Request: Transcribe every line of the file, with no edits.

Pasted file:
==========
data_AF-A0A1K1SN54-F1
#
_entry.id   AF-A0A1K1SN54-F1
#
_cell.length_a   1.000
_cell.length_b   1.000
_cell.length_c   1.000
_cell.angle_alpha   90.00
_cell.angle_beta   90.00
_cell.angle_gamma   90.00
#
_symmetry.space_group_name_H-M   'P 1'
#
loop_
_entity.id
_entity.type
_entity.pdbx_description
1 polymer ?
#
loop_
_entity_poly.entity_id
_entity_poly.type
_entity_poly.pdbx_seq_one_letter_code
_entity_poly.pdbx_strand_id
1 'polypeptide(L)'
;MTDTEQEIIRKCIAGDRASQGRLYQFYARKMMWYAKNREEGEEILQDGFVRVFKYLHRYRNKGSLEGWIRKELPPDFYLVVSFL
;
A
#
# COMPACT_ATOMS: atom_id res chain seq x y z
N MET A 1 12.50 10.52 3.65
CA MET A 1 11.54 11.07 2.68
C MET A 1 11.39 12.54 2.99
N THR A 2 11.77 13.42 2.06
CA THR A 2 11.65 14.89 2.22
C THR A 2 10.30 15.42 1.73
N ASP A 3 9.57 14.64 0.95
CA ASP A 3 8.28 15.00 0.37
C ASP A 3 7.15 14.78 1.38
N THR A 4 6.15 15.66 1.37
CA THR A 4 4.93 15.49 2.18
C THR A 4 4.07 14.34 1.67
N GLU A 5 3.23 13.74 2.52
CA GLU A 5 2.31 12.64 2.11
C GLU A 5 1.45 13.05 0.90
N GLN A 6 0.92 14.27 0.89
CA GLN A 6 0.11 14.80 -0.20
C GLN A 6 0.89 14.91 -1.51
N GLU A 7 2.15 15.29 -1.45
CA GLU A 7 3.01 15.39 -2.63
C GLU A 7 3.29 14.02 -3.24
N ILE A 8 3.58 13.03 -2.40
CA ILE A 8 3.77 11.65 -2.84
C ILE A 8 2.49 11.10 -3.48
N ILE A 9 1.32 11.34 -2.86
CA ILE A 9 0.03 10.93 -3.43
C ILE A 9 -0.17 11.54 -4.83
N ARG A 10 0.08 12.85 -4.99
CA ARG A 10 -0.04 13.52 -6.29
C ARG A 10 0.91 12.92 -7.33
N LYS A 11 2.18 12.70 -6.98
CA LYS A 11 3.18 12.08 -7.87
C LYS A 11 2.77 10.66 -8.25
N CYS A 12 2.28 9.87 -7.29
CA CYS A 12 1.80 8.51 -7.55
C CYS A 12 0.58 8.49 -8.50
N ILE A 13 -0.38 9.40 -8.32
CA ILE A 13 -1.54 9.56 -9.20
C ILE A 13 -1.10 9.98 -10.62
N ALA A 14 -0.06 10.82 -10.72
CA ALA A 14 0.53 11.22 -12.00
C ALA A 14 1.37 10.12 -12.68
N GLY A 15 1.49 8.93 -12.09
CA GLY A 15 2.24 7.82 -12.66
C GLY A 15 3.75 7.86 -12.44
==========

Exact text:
data_AF-A0A1K1SN54-F1
#
_entry.id   AF-A0A1K1SN54-F1
#
_cell.length_a   1.000
_cell.length_b   1.000
_cell.length_c   1.000
_cell.angle_alpha   90.00
_cell.angle_beta   90.00
_cell.angle_gamma   90.00
#
_symmetry.space_group_name_H-M   'P 1'
#
loop_
_entity.id
_entity.type
_entity.pdbx_description
1 polymer ?
#
loop_
_entity_poly.entity_id
_entity_poly.type
_entity_poly.pdbx_seq_one_letter_code
_entity_poly.pdbx_strand_id
1 'polypeptide(L)'
;MTDTEQEIIRKCIAGDRASQGRLYQFYARKMMWYAKNREEGEEILQDGFVRVFKYLHRYRNKGSLEGWIRKELPPDFYLVVSFL
;
A
#
# COMPACT_ATOMS: atom_id res chain seq x y z
N MET A 1 12.50 10.52 3.65
CA MET A 1 11.54 11.07 2.68
C MET A 1 11.39 12.54 2.99
N THR A 2 11.77 13.42 2.06
CA THR A 2 11.65 14.89 2.22
C THR A 2 10.30 15.42 1.73
N ASP A 3 9.57 14.64 0.95
CA ASP A 3 8.28 15.00 0.37
C ASP A 3 7.15 14.78 1.38
N THR A 4 6.15 15.66 1.37
CA THR A 4 4.93 15.49 2.18
C THR A 4 4.07 14.34 1.67
N GLU A 5 3.23 13.74 2.52
CA GLU A 5 2.31 12.64 2.11
C GLU A 5 1.45 13.05 0.90
N GLN A 6 0.92 14.27 0.89
CA GLN A 6 0.11 14.80 -0.20
C GLN A 6 0.89 14.91 -1.51
N GLU A 7 2.15 15.29 -1.45
CA GLU A 7 3.01 15.39 -2.63
C GLU A 7 3.29 14.02 -3.24
N ILE A 8 3.58 13.03 -2.40
CA ILE A 8 3.77 11.65 -2.84
C ILE A 8 2.49 11.10 -3.48
N ILE A 9 1.32 11.34 -2.86
CA ILE A 9 0.03 10.93 -3.43
C ILE A 9 -0.17 11.54 -4.83
N ARG A 10 0.08 12.85 -4.99
CA ARG A 10 -0.04 13.52 -6.29
C ARG A 10 0.91 12.92 -7.33
N LYS A 11 2.18 12.70 -6.98
CA LYS A 11 3.18 12.08 -7.87
C LYS A 11 2.77 10.66 -8.25
N CYS A 12 2.28 9.87 -7.29
CA CYS A 12 1.80 8.51 -7.55
C CYS A 12 0.58 8.49 -8.50
N ILE A 13 -0.38 9.40 -8.32
CA ILE A 13 -1.54 9.56 -9.20
C ILE A 13 -1.10 9.98 -10.62
N ALA A 14 -0.06 10.82 -10.72
CA ALA A 14 0.53 11.22 -12.00
C ALA A 14 1.37 10.12 -12.68
N GLY A 15 1.49 8.93 -12.09
CA GLY A 15 2.24 7.82 -12.66
C GLY A 15 3.75 7.86 -12.44